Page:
Identifying and Preventing Information Leakage at Your Organization

Data is the life source of modern businesses. Information leakage, whether accidental or intentional, can impair ...

Data is the life source of modern businesses. Information leakage, whether accidental or intentional, can impair operations, erode consumer trust, and lead to devastating consequences. Understanding the causes of information leaks and implementing robust prevention strategies is essential for every organization that handles sensitive data.

What Is Information Leakage?

An information leak is the unintentional or unauthorized disclosure of sensitive or confidential data. The divulgence may occur between individuals or systems outside of an organization’s trusted boundaries, and it can happen accidentally or maliciously.

Regardless of the cause, leaks can lead to severe consequences, including financial losses, reputational damage, and legal or regulatory penalties. Every organization dealing with sensitive information must protect its data; failing to protect this digital asset is a flaw in security and a company’s integrity.

What Is an Example of a Leak of Information?

Information leaks can encompass a wide array of data types. The most common leaks include:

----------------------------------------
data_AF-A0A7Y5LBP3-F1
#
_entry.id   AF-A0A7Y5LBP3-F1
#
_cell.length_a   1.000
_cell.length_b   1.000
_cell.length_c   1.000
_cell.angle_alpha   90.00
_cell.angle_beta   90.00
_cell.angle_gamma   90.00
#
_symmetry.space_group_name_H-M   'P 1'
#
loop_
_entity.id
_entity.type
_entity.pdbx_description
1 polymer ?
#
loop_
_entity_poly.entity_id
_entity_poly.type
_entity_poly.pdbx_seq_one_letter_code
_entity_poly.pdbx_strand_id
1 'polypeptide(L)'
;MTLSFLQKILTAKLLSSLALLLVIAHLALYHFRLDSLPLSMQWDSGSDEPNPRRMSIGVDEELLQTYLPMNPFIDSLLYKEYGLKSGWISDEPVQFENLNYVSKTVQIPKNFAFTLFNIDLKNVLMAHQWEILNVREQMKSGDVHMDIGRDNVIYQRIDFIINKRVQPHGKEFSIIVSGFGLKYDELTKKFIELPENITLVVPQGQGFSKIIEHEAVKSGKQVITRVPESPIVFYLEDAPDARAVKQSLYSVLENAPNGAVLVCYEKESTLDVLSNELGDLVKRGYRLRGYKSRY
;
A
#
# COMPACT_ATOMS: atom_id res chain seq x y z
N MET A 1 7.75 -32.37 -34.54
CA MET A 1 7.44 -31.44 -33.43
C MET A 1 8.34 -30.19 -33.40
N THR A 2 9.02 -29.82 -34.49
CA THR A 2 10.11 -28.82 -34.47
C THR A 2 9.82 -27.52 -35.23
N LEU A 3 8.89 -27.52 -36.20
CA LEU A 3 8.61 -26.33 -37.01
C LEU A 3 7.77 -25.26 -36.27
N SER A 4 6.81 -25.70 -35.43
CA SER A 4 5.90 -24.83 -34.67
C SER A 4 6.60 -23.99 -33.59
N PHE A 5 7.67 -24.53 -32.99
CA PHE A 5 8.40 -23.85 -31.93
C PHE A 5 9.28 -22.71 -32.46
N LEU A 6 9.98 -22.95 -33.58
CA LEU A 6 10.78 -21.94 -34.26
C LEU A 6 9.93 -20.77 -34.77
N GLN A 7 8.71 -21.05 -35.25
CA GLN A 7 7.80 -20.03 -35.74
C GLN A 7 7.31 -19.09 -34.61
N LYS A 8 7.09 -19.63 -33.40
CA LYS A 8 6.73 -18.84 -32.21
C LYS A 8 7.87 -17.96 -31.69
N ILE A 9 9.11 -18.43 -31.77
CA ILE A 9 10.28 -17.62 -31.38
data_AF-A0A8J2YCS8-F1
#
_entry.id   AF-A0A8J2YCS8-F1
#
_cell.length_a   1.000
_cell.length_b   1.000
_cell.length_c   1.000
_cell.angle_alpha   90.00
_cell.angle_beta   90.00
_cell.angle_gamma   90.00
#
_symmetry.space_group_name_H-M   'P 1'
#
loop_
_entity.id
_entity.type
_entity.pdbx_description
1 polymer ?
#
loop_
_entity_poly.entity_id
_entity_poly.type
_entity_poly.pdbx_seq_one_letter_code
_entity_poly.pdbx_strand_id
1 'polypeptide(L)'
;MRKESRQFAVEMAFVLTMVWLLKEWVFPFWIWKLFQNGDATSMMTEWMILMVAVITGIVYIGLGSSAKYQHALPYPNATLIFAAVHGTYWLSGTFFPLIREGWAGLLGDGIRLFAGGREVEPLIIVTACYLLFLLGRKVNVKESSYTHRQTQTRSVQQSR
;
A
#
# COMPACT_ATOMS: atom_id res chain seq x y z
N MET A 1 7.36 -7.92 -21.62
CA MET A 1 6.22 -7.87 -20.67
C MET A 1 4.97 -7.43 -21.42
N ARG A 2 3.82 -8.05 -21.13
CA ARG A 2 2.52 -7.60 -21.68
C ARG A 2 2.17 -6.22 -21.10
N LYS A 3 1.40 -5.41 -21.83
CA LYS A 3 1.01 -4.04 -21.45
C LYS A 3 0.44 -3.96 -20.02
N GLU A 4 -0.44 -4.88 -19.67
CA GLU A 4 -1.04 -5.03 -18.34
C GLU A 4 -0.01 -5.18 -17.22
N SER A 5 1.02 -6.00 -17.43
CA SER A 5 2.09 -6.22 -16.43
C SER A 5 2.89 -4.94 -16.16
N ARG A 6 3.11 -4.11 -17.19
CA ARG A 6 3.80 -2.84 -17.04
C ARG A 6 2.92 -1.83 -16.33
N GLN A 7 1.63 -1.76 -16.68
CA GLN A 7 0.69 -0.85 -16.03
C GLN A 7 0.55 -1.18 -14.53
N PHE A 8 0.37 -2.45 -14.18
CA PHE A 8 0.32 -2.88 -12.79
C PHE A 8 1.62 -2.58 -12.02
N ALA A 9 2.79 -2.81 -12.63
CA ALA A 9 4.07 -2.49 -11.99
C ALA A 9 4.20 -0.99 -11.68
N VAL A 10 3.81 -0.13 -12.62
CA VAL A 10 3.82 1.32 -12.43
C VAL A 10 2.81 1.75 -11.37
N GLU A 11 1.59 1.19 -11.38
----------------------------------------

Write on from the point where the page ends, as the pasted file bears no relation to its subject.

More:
• Customer information
  • Intellectual property
  • Financial records
  • Trade secrets
  • Employee data
  • Any other information an organization deems important

Books representing data (1)

What Are the Common Causes of Information Leakage?

Information leakage doesn’t happen in a vacuum. To protect against it, organizations must understand and root out the common causes.

Accidental Leaks

Accidental leaks stem from human error or technological oversights. These oversights can be as simple as a misaddressed email or as complex as misconfigured cloud storage permissions. In most cases, accidental leaks occur because of a lack of awareness or understanding of security protocols. For example, an employee might send sensitive documents to the wrong recipient because of autocomplete suggestions or accidentally hit “Reply All” on an email chain containing confidential information, resulting in an email data leak.

While offering scalability and flexibility, cloud environments introduce new possibilities for accidental leaks. For example, inadequate access controls on cloud storage buckets can leave sensitive data accessible to unauthorized individuals. Similarly, failing to encrypt data at rest within the cloud can expose it if a hacker manages to infiltrate the system.

The risk of accidental leaks highlights the importance of robust security configurations and training. User training on cloud security best practices and data encryption can help mitigate risks associated with unintentional leaks.

Malicious Insider Activity

Unlike accidental information leakage, malicious insider activity involves the deliberate intention to steal or expose confidential information. Typically, the malicious activity stems from disgruntled or disillusioned employees, such as those facing termination or feeling underappreciated. These individuals might seek revenge or financial gain by leaking sensitive data.